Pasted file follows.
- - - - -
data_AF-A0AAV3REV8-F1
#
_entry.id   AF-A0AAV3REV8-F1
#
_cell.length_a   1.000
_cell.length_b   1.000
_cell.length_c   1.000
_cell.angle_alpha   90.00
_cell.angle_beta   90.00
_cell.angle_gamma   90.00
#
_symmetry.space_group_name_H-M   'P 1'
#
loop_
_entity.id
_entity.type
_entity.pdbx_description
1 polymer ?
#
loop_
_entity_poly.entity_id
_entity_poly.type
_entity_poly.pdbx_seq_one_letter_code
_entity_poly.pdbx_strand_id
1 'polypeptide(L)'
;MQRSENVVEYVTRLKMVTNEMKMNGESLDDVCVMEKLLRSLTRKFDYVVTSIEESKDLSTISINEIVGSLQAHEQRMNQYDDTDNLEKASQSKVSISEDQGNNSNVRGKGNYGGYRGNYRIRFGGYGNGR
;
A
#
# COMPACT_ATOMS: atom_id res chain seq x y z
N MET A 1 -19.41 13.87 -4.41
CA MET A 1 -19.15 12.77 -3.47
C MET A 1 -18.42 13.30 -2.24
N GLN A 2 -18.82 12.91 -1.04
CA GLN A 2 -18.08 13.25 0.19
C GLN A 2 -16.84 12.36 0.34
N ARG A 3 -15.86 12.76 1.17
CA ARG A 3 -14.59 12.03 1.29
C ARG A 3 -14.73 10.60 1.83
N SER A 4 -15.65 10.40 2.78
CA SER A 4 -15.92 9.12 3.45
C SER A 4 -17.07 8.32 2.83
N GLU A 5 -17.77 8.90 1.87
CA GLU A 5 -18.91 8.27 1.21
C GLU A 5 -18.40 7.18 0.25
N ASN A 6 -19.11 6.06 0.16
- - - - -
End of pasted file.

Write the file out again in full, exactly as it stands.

data_AF-A0AAV3REV8-F1
#
_entry.id   AF-A0AAV3REV8-F1
#
_cell.length_a   1.000
_cell.length_b   1.000
_cell.length_c   1.000
_cell.angle_alpha   90.00
_cell.angle_beta   90.00
_cell.angle_gamma   90.00
#
_symmetry.space_group_name_H-M   'P 1'
#
loop_
_entity.id
_entity.type
_entity.pdbx_description
1 polymer ?
#
loop_
_entity_poly.entity_id
_entity_poly.type
_entity_poly.pdbx_seq_one_letter_code
_entity_poly.pdbx_strand_id
1 'polypeptide(L)'
;MQRSENVVEYVTRLKMVTNEMKMNGESLDDVCVMEKLLRSLTRKFDYVVTSIEESKDLSTISINEIVGSLQAHEQRMNQYDDTDNLEKASQSKVSISEDQGNNSNVRGKGNYGGYRGNYRIRFGGYGNGR
;
A
#
# COMPACT_ATOMS: atom_id res chain seq x y z
N MET A 1 -19.41 13.87 -4.41
CA MET A 1 -19.15 12.77 -3.47
C MET A 1 -18.42 13.30 -2.24
N GLN A 2 -18.82 12.91 -1.04
CA GLN A 2 -18.08 13.25 0.19
C GLN A 2 -16.84 12.36 0.34
N ARG A 3 -15.86 12.76 1.17
CA ARG A 3 -14.59 12.03 1.29
C ARG A 3 -14.73 10.60 1.83
N SER A 4 -15.65 10.40 2.78
CA SER A 4 -15.92 9.12 3.45
C SER A 4 -17.07 8.32 2.83
N GLU A 5 -17.77 8.90 1.87
CA GLU A 5 -18.91 8.27 1.21
C GLU A 5 -18.40 7.18 0.25
N ASN A 6 -19.11 6.06 0.16